Legal Question in Wills and Trusts in New Jersey

Is a codicil legal in new jersey without going to a lawyer ?

Asked on 4/28/13, 4:50 pm

4 Answers from Attorneys

Glenn Brown Real World Law, P.C.

It is the lawyer making sure that it is legal that makes it worth going to a lawyer.

If you mess up a codicil to a will and you die what you want to happen may not happen!

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Answered on 4/28/13, 5:05 pm

Robert Gleaner Robert A. Gleaner, P.C.

As long as the codicil is drafted and signed with all of the requirements of the applicable statute, it will be valid. If it does not comply with all of the requirements, it may not be valid. Keep in mind that this advice is based purely on the little bit of information that you have given to me. There certainly may be other factors that would change my opinion. Further, no one can rely on advice from an attorney who has not been retained. Since it appears that you have not retained an attorney, you may want to contact an attorney to discuss your matter in more detail. Only then will you be able to rely on the advice. Good luck! Rob Gleaner

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Answered on 4/28/13, 5:26 pm
Michael Lindner Lindner Law LLC

yes, for the most part, whether someone uses a lawyer or not, does not affect the legality and enforcement of any document, whrether that is a will, a codicil, a lease, a contract, etc. That said, doing something yourself with no legal training, and simply relying upon some form obtained from a quick internet search, places you at some risk. If the assets that you are trying to protect are significant - don't try to save a few hundred dollars - spend the money, do it right, then relax, knowing it was handled properly.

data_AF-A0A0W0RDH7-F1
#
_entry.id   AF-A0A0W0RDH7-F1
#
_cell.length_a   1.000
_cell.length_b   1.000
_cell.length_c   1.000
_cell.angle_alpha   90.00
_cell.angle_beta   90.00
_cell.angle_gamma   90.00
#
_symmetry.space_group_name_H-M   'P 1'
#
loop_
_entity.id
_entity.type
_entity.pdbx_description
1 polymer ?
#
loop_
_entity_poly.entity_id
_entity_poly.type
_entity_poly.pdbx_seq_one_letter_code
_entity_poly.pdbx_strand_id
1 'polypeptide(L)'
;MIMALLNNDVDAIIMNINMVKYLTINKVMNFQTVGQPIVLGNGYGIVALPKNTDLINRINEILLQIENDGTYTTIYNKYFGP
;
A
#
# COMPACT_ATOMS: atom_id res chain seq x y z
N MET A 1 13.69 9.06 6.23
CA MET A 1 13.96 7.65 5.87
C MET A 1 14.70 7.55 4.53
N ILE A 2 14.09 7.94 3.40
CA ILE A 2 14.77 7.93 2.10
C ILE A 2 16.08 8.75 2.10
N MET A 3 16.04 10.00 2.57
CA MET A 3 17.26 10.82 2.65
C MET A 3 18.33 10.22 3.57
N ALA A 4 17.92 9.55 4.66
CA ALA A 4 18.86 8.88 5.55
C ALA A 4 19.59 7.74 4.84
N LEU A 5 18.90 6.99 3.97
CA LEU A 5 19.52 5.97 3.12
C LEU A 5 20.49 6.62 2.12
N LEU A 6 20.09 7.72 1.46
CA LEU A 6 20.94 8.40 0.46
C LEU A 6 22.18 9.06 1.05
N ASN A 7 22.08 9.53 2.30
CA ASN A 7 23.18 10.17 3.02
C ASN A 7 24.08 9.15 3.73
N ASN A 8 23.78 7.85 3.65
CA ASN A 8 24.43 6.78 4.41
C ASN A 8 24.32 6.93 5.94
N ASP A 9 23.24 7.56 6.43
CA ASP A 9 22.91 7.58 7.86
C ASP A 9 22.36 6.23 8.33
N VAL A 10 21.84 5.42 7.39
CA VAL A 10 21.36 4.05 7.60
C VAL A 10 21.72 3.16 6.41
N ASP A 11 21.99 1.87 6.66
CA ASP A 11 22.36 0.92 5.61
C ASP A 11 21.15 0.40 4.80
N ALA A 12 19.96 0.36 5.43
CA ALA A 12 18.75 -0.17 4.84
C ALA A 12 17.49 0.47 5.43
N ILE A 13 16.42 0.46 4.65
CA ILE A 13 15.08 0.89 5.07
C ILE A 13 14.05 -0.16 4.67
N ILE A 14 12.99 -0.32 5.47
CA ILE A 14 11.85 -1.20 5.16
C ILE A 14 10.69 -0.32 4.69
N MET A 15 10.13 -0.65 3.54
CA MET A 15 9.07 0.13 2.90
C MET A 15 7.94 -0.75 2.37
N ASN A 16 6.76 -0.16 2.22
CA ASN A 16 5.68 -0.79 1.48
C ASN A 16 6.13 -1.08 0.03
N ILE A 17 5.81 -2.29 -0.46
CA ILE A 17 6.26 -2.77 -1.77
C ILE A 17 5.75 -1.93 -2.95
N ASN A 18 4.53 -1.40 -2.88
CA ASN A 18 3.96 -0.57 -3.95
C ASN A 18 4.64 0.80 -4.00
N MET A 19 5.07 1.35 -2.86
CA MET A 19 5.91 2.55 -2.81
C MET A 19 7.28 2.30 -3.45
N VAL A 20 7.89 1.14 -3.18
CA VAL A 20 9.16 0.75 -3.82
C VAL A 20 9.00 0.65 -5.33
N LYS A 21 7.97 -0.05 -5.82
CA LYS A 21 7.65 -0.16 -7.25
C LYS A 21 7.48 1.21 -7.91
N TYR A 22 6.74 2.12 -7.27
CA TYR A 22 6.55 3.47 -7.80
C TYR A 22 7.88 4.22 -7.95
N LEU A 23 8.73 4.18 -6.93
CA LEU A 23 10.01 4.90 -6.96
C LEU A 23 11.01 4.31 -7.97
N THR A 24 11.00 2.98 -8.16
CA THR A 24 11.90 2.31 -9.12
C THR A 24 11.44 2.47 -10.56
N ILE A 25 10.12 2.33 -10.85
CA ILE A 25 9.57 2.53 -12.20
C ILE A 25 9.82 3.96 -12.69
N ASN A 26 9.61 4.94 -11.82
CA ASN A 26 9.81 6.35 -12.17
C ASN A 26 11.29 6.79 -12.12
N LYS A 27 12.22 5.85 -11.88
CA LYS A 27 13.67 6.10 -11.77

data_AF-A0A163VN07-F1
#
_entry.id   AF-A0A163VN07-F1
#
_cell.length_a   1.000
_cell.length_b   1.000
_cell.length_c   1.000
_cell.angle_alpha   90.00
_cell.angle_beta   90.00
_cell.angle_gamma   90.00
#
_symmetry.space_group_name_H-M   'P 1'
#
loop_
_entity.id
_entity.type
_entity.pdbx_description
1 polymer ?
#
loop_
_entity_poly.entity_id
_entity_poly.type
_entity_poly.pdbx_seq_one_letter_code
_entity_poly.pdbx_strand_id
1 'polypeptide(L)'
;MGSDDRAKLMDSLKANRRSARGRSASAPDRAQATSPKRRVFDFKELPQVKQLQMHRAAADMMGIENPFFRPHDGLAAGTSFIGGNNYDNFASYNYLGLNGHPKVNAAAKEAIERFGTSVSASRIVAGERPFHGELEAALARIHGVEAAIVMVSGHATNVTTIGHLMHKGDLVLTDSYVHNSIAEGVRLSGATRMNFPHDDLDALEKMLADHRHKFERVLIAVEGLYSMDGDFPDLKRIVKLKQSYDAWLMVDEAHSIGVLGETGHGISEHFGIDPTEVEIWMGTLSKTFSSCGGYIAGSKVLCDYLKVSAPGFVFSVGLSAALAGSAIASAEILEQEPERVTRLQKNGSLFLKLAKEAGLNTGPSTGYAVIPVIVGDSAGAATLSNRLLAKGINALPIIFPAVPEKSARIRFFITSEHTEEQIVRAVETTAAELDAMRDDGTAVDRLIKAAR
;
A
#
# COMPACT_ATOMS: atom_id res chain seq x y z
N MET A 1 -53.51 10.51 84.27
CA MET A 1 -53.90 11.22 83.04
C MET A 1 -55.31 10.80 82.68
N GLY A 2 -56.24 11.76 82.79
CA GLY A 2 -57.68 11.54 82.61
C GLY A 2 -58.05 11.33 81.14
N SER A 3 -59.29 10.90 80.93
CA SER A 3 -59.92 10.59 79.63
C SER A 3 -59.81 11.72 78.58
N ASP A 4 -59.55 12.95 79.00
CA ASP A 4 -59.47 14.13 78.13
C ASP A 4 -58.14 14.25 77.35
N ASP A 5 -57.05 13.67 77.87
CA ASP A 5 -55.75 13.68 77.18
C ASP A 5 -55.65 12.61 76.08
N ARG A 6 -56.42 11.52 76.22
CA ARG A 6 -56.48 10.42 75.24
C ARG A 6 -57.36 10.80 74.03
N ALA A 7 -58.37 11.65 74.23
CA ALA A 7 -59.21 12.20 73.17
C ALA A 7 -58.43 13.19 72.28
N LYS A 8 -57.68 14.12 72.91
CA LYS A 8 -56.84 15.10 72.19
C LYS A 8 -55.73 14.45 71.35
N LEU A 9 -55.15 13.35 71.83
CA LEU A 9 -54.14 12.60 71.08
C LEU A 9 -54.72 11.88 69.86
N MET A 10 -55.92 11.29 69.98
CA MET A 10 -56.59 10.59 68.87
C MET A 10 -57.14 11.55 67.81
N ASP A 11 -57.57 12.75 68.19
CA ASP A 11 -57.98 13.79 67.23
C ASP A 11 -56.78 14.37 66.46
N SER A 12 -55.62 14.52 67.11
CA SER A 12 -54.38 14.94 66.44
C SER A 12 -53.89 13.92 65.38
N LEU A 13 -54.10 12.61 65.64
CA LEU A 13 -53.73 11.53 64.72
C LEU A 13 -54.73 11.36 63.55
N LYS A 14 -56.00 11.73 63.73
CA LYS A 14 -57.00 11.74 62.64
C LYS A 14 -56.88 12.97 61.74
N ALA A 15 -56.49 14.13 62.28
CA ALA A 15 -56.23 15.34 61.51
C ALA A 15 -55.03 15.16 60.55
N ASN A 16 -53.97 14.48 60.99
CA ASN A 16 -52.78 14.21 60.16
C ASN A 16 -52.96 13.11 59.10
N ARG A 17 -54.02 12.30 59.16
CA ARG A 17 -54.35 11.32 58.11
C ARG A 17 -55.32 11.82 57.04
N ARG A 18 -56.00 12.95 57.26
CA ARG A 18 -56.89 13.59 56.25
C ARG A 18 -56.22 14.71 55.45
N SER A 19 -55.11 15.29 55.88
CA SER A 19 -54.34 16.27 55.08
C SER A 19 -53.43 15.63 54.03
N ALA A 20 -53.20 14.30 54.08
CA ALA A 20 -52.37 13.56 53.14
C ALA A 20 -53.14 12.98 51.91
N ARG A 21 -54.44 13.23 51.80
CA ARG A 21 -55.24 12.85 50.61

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Answered on 4/29/13, 5:43 am
Walter LeVine Walter D. LeVine, Esq.

I agree - if all the legal requirements are met when executed (signed) a lawyer is not necessary. Preprinted forms do not necessarily meet all requirements, as many are generic forms that are not State specific. If all requirements are not met, the document may be rejected for probate. Better to be safe (use a lawyer familiar with the forms) than sorry. Look at the cost as insurance your wishes will be carried out.

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Answered on 4/29/13, 10:36 am

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